I wrote earlier about the US Green Building Council’s LEED AP (Leadership in Energy and Environmental Design Accredited Professional) certification program. LEED is a 4-tier rating system for high-performing buildings that encourages a systemic approach to sustainable design. Historically, most LEED APs were architects, mechanical engineers, and other niche green building professionals. With the demand for green buildings and sustainable design booming, an increasing number of professionals are becoming LEED AP certified (more than 75K and climbing rapidly). For about $650 and a lot of focused studying and serious dedication, you too can become a LEED AP.
Becoming a LEED AP is one way to establish your CleanTech street cred if you’re transitioning from high tech or other industry, but it’s not the only professional certification available. Other professional certifications are available from the Association of Energy Engineers, including:
- Certified Energy Manager (CEM) – what I’ll highlight in this post
- Certified Sustainable Development Professional (CSDP)*
- Certified Carbon Reduction Manager (CCRM)*
- Certified Green Building Engineer (CGBE)
- 9 others focused on Air Quality, Power Quality, Lighting Efficiency…you get the picture
* These two are new and sound pretty cool. I’ll cover these in a subsequent post.
The AEE takes their certification process very, very seriously — much more than the USBGC, which has an increasingly rigorous process for LEED APs. Clearly, they don’t want their brand tarnished. So, what is that brand, and what does it mean?
Simply put, the designation CEM, which stands for Certified Energy Manager, recognizes individuals who have demonstrated high levels of experience, competence, proficiency, and ethical fitness in the energy management profession. By attaining the status of CEM, you will be joining an elite group of 6,000 professionals serving industry, business and government throughout the U.S. and in 22 countries abroad. These high-achieving individuals comprise a “Who’s Who” in the energy management field.
Sounds good to me. So what does it take to even be eligible to become a CEM?
- A four-year engineering degree or architecture degree. Or a P.E. with at least three years experience in energy engineering or energy management.
- A four-year business or related degree, with at least five years experience in energy engineering or energy management.
- A two-year technical degree, with eight years experience in energy engineering or energy management.
- Ten years or more verified experience in energy engineering or energy management.(Note: Letters of reference and verification of employment must be submitted.)
Sounds serious. Is that all? Not really, and unlike the LEED AP process, you can’t pay some money, study real hard, pass a test and presto! No, the AEE makes you fully document your energy-related work history and personal references several weeks before you even register for the exam. Here’s what it takes to become a CEM:
The Application Form provides an organized method for documenting professional and educational background, achievements and community service.
The Personal Data Form is divided into the following three parts:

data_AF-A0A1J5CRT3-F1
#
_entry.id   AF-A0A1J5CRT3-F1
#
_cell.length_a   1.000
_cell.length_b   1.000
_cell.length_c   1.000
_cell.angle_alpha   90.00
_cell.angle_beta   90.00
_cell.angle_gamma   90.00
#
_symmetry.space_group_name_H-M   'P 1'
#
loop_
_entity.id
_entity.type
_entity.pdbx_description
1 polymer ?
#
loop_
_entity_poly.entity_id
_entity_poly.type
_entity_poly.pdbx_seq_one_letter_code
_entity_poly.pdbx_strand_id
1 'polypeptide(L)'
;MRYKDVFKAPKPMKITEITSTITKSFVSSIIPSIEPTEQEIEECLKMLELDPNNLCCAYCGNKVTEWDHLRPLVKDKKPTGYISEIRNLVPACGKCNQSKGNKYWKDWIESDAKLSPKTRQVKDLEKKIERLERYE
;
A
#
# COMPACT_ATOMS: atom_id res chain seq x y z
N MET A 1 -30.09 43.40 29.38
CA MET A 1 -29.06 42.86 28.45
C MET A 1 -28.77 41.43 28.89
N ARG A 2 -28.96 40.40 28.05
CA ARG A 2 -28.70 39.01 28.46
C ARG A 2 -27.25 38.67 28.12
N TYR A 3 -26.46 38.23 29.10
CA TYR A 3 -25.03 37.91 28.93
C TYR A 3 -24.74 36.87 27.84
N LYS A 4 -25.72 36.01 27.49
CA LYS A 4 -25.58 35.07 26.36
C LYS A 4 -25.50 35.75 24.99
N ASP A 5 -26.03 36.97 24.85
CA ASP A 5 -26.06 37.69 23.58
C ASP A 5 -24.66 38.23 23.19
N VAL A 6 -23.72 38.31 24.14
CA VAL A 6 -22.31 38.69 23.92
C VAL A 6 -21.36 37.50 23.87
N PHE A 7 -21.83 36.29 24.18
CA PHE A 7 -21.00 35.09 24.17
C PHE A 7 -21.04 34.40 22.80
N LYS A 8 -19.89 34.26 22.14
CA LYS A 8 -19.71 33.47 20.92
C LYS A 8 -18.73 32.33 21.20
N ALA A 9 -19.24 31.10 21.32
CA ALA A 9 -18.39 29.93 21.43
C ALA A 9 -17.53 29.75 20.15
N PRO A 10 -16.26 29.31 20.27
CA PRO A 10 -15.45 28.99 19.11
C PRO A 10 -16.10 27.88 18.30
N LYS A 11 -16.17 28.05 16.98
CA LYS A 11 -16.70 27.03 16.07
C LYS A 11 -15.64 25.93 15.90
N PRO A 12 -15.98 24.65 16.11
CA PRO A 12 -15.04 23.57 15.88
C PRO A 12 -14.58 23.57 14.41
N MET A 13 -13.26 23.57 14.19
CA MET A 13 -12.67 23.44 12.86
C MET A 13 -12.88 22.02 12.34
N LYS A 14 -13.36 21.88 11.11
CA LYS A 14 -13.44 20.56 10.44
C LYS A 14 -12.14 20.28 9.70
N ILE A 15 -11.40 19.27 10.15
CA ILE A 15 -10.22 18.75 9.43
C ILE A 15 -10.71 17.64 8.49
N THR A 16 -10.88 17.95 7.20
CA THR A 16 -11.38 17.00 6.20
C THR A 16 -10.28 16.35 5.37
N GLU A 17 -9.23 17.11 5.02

Division I – Education
Division II – Professional Registration (i.e. PE, Registered Architect)
Division III – Experience and Activities in Energy Management
The applicant is requested to list on the Application Form all pertinent information in these categories for evaluation by the CEM Board.
The two areas of evaluation shall receive points as follows:
Application Form Data Maximum Score 1050 points Minimum Score Required 700
CEM Examination Maximum Score 1040 points Minimum Score Required 704
Total Required: Maximum Score 2090 points Minimum Score Required 1404
To be awarded the CEM designation, candidates must achieve the minimum total of 700 points on the CEM Application Data and minimum score of 704 points on the CEM examination individually for a total not less than 1404 points.
Get that? You have to have a minimum profile score of 700 or it doesn’t even matter what you score on the exam. The good news is that exam, if you’re qualified to take it, is open book. You have to pass 3 mandatory* sections, then pick and pass 8 of the remaining 14 sections.
1. *Codes and Standards
2. *Energy Accounting and Economics
3. *Energy Audits and Instrumentation
1. Electrical Systems
2. HVAC Systems
3. Motors & Drives
4. Industrial Systems
5. Building Envelope
6. Cogeneration & CHP Systems
7. Energy Procurement
8. Building Automation and Control Systems
9. Green Buildings, LEED and Energy Star
10. Thermal Energy Storage Systems
11. Lighting Systems
12. Boiler and Steam Systems
13. Maintenance & Commissioning
14. Alternative Financing
I was seriously interested in becoming a CEM, but now, not so much. I’m delighted with my LEED AP certification and appreciate how the training has got me thinking more holistically about sustainability. I’m eager to learn more about the new AEE categories (Sustainable Development and Carbon Reduction), though I imagine prospects have to clear the same high qualifying hurdles as aspiring CEMs. Either way you go, you need to stand out in a tremendously crowded job market if you want to get noticed — especially if you’re transitioning to CleanTech from another field.